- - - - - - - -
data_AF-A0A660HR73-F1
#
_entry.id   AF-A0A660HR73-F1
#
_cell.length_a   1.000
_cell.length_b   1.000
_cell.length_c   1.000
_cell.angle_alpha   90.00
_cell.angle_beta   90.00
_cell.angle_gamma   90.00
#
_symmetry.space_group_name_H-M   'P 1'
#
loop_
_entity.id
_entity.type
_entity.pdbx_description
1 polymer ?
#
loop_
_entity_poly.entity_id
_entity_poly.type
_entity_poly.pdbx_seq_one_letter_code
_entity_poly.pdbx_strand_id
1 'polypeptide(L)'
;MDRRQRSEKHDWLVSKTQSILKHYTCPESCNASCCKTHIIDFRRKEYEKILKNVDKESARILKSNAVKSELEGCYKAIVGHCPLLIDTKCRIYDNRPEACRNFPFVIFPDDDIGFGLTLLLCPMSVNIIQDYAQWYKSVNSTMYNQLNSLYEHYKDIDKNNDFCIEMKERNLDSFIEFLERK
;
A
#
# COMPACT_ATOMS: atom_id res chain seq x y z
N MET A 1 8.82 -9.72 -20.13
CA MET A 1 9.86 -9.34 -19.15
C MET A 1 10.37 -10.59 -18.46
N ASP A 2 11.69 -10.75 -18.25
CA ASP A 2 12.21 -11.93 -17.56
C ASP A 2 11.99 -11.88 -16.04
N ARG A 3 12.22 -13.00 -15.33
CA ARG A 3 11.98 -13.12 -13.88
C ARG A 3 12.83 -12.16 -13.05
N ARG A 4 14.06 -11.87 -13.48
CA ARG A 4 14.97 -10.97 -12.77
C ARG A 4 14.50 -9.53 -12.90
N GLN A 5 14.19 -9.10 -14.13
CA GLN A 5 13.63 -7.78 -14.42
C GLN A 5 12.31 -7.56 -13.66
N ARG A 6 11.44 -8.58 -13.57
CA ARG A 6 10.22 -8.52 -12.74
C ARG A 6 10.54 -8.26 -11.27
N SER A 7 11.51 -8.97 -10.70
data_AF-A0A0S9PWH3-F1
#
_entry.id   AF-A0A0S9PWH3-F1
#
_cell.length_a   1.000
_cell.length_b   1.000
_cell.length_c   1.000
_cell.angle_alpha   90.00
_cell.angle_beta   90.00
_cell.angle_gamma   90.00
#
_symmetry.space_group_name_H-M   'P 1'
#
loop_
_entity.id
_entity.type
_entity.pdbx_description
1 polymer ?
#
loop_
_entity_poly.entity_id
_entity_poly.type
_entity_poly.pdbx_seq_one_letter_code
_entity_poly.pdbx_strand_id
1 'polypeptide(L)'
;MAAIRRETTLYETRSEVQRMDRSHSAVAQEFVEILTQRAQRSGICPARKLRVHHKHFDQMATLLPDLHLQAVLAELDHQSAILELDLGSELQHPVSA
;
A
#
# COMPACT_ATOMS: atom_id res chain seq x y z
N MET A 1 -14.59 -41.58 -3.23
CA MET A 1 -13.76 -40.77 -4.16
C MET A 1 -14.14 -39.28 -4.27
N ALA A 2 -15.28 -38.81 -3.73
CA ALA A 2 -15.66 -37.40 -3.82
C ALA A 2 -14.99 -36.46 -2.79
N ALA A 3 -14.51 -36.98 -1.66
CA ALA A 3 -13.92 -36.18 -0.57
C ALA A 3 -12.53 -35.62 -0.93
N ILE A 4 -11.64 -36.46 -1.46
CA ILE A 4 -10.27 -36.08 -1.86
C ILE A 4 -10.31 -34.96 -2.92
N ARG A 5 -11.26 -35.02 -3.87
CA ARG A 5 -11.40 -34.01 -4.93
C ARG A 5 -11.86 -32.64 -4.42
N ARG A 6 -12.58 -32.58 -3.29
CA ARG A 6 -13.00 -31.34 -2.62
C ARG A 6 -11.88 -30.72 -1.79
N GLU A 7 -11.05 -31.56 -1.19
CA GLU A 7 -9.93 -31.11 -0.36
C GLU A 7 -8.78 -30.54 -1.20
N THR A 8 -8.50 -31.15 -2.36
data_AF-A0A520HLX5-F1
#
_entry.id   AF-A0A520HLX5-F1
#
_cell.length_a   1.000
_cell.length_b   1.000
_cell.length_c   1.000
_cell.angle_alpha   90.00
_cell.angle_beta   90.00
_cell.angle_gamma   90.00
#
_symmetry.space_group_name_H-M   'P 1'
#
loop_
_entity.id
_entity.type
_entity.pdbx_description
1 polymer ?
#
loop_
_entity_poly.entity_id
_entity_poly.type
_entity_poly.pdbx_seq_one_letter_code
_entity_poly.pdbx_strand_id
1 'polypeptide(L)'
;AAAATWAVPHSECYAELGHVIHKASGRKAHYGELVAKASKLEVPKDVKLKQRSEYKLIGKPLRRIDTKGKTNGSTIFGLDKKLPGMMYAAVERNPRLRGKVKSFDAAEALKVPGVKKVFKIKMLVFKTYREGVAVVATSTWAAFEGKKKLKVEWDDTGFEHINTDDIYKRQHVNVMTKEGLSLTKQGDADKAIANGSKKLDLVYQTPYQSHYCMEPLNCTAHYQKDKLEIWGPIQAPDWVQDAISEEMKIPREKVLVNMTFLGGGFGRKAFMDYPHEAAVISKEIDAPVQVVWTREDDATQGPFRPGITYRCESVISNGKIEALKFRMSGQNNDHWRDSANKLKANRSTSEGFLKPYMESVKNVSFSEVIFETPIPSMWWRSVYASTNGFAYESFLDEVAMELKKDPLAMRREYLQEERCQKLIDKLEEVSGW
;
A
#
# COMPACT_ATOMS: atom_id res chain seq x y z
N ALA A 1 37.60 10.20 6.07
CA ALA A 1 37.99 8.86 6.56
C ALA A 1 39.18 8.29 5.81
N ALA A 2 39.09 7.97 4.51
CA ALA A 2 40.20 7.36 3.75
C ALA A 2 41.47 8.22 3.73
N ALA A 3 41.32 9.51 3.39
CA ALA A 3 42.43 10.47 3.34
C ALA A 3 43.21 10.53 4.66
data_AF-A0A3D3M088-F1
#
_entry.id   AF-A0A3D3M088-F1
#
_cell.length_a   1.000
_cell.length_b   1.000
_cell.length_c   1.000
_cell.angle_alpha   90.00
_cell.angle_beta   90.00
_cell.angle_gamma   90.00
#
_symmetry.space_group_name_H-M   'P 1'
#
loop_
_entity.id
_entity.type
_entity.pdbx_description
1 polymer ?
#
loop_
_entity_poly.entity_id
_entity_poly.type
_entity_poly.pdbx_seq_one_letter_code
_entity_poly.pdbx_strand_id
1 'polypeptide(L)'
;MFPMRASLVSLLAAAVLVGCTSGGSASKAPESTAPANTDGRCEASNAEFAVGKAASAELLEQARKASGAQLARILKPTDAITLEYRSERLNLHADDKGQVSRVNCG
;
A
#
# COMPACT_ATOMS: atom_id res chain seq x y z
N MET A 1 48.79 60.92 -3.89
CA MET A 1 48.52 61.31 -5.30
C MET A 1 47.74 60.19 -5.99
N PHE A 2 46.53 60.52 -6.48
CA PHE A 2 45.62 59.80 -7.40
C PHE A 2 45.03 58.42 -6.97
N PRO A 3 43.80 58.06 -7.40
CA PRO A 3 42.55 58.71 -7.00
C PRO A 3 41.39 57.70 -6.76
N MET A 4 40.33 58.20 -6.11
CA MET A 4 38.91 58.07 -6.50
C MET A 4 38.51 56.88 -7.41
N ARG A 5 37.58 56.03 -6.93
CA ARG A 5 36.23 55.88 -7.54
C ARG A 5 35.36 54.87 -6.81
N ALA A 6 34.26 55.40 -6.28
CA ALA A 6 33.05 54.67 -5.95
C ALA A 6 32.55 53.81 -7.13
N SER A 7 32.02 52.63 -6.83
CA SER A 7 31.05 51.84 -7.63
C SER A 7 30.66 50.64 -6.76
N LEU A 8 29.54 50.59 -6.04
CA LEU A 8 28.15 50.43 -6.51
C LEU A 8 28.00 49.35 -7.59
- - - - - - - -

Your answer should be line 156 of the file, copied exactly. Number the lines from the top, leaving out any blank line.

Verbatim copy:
_entity.type